In the world of CSS, it’s not that hard to get yourself into coding chaos. Sometimes, the tech mess is a result of messy coding from the beginning. Other times, multiple changes and hacks may have caused the CSS chaos. But whatever the cause is, it doesn’t always have to be that way.

CSS may be as tricky to do as Service Now implementation, but writing clean and manageable codes is straightforward when you start on the right foot.

Write slimmer CSS codes to speed up the process by following these strategies.

Stay Organized

The first step is to be organized. Instead of carelessly dropping in classes and ids in the order that comes to your mind, be coherent with your structure. This helps in cascading part of the code in mind, as well as gives your style sheet more advantage in terms of inheritance.

Another rule of thumb: declare the generic items first before you proceed with the non-generic ones. Doing so enables your code to properly inherit attributes, as well as make it easier to override any specific CSS style. Another bonus: you’ll be faster at editing your codes since they follow a logical and easy-to-read structure.

Always go for a structure that works best for you while keeping future edits in mind. Consider the following always:

  • Links and types
  • Overrides and resets
  • Main layout
  • Form elements
  • Secondary layout structures
  • Miscellaneous

Keep a Template Library

Once you’ve established a structure, remove everything that is not generic and save the file as a CSS template for future use. You can save multiple versions for different uses: a blog layout, mobile layout, two-column layout, and more. OSX editor Coda has a Clips feature, which enables you to create all layouts easily. Other CSS editors have the same feature but if you want a simpler approach, a batch text of files should do the trick.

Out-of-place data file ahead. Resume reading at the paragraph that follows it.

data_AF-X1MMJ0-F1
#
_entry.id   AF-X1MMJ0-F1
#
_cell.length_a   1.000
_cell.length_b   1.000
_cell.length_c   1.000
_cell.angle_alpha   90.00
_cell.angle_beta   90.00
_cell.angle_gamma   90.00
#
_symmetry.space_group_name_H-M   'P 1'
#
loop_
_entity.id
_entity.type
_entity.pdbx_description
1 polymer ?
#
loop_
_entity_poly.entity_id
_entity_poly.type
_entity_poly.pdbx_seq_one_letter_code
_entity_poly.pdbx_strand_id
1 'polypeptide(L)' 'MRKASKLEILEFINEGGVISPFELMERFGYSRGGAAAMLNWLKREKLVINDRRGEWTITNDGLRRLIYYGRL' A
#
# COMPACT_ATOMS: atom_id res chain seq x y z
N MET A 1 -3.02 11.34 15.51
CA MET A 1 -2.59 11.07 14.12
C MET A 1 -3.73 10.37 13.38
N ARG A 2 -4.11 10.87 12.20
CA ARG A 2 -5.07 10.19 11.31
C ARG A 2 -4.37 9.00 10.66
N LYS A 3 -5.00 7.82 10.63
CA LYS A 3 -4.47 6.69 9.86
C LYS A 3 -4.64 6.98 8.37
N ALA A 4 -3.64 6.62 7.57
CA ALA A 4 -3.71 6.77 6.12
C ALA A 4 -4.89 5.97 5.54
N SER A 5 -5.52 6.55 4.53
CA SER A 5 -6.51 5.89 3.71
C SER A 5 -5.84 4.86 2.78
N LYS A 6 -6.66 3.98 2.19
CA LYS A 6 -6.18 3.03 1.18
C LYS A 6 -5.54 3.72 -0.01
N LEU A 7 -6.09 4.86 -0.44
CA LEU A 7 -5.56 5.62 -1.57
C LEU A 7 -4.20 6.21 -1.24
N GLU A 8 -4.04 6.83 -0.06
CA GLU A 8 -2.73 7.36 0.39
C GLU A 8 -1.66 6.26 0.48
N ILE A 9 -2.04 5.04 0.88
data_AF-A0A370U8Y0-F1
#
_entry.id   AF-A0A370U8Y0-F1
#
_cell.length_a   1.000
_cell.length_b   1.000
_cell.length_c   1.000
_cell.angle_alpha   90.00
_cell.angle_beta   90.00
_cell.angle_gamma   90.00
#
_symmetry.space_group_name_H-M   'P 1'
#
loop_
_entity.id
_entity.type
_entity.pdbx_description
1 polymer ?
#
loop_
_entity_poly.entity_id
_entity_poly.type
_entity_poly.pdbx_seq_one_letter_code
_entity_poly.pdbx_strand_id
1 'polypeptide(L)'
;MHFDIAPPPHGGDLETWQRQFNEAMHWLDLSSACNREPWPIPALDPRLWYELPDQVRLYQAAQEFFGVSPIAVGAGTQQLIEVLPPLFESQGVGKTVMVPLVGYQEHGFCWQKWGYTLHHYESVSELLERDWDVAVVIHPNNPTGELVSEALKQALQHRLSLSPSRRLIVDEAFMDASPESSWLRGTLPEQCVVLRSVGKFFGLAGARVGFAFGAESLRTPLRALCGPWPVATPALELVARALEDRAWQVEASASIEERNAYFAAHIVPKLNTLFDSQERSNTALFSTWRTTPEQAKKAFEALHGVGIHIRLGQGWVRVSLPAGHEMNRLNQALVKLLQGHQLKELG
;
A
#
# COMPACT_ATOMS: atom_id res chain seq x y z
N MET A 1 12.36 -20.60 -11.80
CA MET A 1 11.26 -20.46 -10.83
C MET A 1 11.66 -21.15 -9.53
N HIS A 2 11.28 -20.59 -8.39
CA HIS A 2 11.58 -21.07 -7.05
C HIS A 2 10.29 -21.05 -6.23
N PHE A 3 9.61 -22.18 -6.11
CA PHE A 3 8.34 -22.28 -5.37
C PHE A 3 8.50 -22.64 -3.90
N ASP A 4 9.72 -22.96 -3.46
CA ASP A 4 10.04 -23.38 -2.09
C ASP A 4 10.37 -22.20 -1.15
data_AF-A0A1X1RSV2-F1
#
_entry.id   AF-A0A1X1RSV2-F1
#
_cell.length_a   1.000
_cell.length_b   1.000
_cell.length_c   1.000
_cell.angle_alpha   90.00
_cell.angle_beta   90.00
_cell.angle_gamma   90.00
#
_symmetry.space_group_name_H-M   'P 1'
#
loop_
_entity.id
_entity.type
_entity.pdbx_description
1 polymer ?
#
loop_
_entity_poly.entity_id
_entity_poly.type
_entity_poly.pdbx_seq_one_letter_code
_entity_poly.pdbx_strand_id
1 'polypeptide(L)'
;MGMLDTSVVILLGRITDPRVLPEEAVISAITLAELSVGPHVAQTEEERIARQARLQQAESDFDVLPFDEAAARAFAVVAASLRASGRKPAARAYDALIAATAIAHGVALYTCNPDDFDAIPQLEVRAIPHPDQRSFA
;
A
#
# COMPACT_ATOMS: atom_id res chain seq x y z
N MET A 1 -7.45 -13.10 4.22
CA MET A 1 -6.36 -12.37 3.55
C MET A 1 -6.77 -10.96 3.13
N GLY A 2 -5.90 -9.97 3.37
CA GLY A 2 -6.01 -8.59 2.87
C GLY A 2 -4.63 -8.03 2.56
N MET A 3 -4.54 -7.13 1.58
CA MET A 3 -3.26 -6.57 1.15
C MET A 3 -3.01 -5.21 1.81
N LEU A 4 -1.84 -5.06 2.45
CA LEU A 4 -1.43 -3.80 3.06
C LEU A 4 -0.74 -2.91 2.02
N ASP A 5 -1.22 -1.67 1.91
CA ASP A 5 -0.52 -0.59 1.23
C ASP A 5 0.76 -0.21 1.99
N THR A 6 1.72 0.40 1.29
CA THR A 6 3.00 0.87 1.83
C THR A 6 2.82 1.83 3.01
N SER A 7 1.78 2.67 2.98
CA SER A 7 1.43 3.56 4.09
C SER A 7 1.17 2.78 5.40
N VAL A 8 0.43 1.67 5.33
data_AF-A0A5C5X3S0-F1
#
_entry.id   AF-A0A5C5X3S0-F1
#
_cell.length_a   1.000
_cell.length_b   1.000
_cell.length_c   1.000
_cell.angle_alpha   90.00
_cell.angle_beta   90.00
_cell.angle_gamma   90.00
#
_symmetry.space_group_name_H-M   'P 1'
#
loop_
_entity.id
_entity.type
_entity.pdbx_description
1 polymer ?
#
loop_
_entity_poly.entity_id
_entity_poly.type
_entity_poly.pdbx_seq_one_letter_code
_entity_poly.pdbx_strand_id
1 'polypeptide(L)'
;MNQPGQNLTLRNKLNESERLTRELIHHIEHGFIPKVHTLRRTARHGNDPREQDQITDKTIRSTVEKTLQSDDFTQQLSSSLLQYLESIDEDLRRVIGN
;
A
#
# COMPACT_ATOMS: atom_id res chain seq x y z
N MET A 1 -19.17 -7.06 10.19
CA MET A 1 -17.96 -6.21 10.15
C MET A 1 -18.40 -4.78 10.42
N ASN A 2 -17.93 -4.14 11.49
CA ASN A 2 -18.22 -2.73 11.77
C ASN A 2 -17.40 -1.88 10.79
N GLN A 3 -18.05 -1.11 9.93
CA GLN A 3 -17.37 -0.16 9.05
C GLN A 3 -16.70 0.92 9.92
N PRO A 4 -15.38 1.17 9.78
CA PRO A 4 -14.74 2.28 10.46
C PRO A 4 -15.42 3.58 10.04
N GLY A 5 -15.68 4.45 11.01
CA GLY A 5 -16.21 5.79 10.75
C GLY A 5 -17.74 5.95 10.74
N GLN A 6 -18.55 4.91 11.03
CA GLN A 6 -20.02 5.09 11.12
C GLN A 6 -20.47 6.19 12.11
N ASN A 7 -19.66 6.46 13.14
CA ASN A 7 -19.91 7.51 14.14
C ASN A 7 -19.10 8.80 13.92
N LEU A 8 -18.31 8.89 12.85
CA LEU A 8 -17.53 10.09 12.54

Re-writing codes from scratch are very difficult, especially when you use the same methodologies and conventions. Instead of going through coding the hard way, use a template.

Title, Date, and Sign

Inform others about the author of your CSS, when it was written, and who they should talk to if they have concerns about the code. This is helpful when using themes or design templates. Think of it as your CSS watermark or trademark.

Use Useful Naming Conventions

In the future, you may need to redesign your website, which may include moving columns from left to right and vice versa. You don’t have to rename all the elements in your HTML and rename the id in your style sheet just to switch the positions.

CSS offers the ability to separate styles from the content. You have the power to redesign your website by modifying the CSS code without changing the HTML. Take advantage of this feature by using versatile naming conventions. Also, once you use a naming convention, use it consistently.

Start by leaving style- or position-specific words out of your ids and styles. For example, a class of .link-pink will either make your website look pretty in pink or ends up with a messy style sheet that ends with the client asking to change the pink links into blue ones.

Always name your elements based on what they are, not their appearance.

Validate Your Work

Once you finish coding, don’t leave it as it is. Validate. Use W3C’s free CSS Validator just to be sure. If you’re stuck and your layout is not functioning in the way you hoped it would, the validator will point out areas for improvement.

Coding need not be a chaotic mess. If you stay organized with your ids, codes, and style sheets, your websites can run well and look well. Visual learners can go online to watch CSS tutorials or seek guidance from another expert.